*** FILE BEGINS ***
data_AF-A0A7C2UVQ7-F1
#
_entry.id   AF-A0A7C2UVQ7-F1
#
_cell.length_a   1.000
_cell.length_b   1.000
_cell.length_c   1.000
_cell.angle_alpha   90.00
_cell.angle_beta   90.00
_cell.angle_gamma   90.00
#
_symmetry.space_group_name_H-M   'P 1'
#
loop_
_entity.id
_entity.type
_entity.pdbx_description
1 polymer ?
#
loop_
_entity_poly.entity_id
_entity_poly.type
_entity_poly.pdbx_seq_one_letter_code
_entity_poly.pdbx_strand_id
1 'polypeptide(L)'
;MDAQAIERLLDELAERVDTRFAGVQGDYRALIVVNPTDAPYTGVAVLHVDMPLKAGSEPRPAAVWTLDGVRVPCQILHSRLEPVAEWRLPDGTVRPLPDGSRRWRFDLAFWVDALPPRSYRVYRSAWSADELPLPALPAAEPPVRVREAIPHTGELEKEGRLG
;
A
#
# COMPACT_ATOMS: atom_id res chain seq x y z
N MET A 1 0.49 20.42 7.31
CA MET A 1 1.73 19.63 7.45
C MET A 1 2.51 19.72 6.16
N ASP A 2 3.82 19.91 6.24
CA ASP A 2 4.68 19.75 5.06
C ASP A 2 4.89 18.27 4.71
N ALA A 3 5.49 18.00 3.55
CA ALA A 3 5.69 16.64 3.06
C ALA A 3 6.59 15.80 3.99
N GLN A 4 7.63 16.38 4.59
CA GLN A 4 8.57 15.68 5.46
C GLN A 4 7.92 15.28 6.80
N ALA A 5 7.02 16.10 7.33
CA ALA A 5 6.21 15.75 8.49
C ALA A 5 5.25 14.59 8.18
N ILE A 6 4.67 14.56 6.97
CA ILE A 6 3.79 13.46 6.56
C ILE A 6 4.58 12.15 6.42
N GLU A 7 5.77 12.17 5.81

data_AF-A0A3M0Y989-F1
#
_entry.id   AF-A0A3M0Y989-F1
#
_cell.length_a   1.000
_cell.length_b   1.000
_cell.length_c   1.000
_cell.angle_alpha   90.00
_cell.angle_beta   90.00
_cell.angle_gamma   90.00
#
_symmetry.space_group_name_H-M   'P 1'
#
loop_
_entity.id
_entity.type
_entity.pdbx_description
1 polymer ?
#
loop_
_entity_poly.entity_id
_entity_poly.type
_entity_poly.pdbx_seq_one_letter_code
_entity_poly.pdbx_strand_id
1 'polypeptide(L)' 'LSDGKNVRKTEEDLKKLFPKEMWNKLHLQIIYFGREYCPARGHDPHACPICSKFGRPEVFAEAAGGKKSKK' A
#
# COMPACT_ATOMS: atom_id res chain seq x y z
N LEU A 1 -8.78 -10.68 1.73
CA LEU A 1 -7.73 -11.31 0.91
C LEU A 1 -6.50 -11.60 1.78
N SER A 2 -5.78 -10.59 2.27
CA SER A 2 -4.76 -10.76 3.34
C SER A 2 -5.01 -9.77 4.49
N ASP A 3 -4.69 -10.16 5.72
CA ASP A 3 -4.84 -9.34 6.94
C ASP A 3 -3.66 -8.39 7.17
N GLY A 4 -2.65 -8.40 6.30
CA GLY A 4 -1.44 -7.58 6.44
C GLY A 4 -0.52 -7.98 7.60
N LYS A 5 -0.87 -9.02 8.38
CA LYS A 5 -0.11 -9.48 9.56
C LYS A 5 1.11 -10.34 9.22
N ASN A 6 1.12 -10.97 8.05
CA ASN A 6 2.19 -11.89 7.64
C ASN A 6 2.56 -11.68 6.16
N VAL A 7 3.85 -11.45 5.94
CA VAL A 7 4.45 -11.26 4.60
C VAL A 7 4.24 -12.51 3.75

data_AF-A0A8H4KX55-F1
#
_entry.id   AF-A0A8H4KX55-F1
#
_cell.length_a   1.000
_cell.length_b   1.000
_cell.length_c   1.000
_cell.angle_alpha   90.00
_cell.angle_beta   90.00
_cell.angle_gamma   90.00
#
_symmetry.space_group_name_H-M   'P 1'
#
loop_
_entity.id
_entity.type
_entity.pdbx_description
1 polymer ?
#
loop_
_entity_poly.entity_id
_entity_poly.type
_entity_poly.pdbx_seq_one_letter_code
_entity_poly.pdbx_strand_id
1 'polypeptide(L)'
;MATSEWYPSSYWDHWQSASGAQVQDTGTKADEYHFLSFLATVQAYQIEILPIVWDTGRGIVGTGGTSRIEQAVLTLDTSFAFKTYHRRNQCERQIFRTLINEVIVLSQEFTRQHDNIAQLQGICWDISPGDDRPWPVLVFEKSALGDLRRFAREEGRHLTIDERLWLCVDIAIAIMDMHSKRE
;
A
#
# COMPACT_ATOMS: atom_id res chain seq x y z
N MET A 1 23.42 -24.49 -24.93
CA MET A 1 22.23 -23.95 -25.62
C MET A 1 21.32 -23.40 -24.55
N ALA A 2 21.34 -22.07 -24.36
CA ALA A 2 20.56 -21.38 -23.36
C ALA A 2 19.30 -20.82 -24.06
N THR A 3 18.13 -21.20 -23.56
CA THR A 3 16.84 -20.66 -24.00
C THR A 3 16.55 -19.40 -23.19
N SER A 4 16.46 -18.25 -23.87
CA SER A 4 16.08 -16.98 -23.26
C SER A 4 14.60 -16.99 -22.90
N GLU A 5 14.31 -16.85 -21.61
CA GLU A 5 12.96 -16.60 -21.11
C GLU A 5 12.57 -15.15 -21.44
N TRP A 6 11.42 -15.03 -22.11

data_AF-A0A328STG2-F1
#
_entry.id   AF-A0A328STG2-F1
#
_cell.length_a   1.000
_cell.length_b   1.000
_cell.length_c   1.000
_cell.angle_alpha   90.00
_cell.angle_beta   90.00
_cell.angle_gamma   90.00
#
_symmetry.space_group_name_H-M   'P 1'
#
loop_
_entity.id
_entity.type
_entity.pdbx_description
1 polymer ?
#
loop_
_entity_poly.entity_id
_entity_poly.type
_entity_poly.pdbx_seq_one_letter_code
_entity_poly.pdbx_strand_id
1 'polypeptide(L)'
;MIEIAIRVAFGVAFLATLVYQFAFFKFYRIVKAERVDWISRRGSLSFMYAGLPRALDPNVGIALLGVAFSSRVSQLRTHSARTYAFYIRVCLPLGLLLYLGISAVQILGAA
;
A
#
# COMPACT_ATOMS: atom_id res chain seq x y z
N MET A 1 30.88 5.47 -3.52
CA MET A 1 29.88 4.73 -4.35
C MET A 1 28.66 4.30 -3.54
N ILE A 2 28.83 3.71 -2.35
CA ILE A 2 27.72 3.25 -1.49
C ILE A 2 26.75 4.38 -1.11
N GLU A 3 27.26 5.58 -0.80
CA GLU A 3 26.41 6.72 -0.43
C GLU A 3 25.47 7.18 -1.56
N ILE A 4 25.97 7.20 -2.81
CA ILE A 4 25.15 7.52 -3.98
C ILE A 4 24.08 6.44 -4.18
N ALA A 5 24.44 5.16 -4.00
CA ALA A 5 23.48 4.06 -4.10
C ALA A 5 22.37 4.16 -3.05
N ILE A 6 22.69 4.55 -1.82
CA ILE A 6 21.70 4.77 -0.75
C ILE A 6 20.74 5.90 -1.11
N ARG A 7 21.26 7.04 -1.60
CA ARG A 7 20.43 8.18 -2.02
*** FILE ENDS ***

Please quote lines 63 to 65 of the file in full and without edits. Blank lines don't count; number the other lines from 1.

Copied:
loop_
_entity.id
_entity.type